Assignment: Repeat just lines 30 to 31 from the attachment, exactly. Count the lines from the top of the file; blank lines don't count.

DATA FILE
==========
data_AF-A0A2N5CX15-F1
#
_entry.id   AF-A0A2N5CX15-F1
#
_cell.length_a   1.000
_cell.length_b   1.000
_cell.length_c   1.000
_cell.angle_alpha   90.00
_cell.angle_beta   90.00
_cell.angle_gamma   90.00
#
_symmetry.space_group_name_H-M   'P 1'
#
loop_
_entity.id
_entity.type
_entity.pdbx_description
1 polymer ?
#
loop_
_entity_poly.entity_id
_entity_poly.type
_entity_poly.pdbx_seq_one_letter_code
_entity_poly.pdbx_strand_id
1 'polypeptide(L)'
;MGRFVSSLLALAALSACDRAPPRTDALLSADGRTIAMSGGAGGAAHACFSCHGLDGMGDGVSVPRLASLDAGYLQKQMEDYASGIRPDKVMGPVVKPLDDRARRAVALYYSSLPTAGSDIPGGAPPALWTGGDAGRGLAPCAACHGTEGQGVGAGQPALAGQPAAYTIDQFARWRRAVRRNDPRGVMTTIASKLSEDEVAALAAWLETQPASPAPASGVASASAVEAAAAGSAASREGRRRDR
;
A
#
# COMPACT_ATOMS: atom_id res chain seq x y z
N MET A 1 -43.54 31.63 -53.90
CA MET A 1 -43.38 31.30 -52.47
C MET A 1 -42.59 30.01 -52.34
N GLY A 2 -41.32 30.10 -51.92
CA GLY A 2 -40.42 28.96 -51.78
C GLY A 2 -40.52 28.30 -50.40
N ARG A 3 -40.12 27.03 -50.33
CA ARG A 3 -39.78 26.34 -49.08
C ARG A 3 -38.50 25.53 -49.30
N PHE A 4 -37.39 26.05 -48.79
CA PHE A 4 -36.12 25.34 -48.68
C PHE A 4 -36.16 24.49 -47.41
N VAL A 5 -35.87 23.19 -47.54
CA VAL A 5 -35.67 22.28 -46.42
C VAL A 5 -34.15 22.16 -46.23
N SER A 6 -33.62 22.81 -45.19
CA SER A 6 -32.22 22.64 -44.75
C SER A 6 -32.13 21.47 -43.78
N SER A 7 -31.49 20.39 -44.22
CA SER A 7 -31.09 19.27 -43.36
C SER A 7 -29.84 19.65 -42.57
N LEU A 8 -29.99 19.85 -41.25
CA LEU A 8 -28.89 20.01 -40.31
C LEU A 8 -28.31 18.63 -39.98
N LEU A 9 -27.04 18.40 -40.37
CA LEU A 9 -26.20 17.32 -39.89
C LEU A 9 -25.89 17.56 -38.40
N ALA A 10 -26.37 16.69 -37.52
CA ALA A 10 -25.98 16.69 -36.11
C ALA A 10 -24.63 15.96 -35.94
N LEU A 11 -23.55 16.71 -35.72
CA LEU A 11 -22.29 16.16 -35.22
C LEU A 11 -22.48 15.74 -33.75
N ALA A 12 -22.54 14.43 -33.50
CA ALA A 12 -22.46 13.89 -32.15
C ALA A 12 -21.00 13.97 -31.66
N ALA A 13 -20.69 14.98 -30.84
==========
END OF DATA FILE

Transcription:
# COMPACT_ATOMS: atom_id res chain seq x y z
N MET A 1 -43.54 31.63 -53.90